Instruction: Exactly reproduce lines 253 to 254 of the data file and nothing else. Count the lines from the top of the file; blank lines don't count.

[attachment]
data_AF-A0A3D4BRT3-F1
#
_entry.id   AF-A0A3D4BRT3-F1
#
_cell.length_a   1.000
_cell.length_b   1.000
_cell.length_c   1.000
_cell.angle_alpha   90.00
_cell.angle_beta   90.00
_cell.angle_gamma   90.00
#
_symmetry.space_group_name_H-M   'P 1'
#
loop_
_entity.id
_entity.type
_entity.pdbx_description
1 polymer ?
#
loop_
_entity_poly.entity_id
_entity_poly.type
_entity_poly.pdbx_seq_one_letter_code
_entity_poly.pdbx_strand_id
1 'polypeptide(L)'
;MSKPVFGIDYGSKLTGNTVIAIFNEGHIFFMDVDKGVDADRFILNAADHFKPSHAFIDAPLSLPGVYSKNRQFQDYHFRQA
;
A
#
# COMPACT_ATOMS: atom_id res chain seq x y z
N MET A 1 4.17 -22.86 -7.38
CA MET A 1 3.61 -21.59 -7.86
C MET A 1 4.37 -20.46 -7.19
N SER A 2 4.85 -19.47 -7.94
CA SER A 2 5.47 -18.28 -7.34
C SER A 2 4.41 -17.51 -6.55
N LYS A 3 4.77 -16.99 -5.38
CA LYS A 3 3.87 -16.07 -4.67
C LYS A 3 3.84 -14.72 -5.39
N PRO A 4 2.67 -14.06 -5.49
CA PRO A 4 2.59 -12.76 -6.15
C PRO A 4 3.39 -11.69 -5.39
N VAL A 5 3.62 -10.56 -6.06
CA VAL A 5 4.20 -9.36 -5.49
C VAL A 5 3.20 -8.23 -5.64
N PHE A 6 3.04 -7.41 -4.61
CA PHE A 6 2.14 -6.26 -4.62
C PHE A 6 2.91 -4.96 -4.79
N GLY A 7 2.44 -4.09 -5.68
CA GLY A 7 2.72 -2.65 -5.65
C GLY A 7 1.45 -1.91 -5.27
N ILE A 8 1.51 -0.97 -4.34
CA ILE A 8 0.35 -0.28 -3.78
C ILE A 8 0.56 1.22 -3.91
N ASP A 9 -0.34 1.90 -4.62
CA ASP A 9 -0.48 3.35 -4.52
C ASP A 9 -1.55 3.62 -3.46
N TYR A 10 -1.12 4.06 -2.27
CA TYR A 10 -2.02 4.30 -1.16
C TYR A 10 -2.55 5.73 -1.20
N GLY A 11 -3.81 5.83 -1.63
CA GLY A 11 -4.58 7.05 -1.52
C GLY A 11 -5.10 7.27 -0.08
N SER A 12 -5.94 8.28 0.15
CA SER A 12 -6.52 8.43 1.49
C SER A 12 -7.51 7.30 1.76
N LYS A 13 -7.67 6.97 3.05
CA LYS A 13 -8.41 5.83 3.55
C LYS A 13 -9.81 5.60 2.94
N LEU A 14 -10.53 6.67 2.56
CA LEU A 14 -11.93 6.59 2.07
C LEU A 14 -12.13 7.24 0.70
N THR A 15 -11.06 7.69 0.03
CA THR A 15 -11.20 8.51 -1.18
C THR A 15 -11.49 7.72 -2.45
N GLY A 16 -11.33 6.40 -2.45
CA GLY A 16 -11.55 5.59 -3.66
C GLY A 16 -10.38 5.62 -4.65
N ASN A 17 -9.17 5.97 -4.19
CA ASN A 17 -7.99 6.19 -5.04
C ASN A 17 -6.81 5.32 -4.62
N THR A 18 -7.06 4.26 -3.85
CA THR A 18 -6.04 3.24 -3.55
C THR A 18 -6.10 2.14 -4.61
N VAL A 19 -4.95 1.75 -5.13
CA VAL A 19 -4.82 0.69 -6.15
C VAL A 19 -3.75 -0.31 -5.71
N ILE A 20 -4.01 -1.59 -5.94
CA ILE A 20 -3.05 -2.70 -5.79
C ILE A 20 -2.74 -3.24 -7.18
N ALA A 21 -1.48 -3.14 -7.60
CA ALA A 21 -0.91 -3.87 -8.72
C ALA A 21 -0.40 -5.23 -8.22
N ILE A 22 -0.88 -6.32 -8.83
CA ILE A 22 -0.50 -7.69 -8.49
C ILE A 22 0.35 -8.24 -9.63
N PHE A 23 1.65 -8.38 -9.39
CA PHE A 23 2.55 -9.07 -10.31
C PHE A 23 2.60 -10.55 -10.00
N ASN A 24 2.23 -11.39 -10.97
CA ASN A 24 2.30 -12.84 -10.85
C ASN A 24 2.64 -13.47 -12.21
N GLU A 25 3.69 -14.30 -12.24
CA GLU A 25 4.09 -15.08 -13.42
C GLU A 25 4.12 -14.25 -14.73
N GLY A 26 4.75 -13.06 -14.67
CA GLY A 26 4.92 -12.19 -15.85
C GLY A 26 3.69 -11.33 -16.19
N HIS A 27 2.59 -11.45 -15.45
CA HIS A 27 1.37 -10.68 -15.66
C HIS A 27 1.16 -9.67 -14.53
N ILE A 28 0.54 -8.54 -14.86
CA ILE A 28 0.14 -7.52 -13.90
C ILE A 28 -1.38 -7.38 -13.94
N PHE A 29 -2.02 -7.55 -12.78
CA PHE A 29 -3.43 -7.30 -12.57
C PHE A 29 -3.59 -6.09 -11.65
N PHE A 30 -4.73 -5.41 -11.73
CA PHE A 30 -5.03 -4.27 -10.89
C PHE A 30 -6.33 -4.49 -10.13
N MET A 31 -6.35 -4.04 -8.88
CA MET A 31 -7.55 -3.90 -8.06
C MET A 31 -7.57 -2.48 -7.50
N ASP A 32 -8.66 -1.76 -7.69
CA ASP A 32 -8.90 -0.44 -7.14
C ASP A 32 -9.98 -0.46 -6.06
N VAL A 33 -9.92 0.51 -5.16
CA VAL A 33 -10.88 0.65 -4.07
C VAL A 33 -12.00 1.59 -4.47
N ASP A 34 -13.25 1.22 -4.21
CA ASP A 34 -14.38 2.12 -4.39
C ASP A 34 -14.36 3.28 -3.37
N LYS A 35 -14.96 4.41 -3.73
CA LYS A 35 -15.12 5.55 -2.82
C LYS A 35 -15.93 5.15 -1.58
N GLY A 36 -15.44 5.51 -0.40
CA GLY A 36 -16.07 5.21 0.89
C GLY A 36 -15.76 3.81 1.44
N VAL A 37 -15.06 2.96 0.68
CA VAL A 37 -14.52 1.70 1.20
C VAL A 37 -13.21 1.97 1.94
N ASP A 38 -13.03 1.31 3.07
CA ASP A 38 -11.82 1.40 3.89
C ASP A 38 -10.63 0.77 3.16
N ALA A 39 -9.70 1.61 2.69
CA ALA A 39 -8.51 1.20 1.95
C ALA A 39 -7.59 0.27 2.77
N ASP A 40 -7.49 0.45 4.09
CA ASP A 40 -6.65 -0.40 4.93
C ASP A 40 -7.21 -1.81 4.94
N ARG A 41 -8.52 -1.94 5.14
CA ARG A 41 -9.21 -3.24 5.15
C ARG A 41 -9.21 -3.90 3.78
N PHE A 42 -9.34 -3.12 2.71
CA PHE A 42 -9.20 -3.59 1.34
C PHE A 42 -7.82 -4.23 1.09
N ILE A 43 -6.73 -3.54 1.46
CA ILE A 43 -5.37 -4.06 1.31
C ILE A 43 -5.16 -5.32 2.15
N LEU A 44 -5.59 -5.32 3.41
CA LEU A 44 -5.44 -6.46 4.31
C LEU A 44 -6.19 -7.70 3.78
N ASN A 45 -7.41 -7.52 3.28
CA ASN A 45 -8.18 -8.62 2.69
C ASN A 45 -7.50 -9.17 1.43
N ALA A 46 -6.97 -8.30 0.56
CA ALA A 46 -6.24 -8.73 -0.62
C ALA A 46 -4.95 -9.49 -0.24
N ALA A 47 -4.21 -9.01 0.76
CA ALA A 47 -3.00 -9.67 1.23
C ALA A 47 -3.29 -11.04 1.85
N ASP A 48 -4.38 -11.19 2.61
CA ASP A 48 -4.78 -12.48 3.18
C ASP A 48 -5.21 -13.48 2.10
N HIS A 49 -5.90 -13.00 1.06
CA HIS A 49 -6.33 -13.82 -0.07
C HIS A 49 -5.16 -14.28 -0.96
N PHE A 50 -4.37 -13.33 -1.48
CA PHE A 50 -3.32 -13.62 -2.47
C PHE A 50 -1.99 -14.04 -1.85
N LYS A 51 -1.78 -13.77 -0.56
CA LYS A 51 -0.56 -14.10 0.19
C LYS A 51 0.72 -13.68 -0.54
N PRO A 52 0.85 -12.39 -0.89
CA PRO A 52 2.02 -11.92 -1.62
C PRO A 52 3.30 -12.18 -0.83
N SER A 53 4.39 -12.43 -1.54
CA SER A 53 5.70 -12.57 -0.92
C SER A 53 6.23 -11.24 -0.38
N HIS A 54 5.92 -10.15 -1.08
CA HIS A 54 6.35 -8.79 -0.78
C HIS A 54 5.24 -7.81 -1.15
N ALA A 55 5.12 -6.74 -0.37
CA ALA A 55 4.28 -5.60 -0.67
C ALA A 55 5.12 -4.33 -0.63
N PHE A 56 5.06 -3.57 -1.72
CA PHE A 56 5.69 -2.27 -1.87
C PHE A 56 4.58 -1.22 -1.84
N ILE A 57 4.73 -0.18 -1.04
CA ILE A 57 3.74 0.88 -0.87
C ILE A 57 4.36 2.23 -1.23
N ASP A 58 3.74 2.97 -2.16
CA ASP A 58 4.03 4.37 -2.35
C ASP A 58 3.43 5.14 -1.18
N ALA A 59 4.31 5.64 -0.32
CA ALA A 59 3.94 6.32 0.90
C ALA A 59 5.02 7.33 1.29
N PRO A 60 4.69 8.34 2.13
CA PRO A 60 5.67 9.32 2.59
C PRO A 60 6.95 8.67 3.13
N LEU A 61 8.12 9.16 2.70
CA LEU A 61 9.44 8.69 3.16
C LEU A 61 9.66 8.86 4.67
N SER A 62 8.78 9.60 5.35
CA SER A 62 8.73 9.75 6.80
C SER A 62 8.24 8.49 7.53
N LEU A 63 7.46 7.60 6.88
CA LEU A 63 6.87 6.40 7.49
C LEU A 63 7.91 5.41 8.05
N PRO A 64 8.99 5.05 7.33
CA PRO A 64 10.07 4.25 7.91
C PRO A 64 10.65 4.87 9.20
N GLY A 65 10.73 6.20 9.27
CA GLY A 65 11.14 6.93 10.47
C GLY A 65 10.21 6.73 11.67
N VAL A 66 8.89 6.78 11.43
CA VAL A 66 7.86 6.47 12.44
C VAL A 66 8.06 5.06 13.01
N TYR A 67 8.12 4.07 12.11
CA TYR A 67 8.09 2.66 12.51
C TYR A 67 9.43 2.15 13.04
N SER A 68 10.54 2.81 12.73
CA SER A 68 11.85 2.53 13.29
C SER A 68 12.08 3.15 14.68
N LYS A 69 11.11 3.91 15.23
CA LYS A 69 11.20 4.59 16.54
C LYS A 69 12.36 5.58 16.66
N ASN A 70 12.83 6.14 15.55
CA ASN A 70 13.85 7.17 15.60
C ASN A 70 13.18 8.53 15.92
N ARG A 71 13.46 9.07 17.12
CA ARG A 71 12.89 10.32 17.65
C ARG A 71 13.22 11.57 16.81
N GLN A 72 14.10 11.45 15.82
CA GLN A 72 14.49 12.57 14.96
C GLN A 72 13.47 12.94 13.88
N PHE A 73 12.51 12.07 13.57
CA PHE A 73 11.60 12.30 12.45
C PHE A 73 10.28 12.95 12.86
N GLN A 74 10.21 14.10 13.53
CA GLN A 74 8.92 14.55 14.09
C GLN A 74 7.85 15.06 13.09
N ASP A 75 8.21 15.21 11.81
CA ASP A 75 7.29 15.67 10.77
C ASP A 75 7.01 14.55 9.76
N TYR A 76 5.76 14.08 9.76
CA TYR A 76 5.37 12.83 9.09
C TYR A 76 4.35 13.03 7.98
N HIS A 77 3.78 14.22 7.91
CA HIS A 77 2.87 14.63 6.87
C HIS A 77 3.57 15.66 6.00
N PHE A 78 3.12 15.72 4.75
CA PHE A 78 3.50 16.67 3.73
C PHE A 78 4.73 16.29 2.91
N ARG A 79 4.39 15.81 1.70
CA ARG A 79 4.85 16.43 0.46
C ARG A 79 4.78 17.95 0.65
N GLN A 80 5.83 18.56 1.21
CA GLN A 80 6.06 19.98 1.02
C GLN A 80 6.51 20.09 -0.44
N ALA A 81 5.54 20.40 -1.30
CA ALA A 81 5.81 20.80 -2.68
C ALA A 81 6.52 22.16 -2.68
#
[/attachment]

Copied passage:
N ASP A 75 8.21 15.21 11.81
CA ASP A 75 7.29 15.67 10.77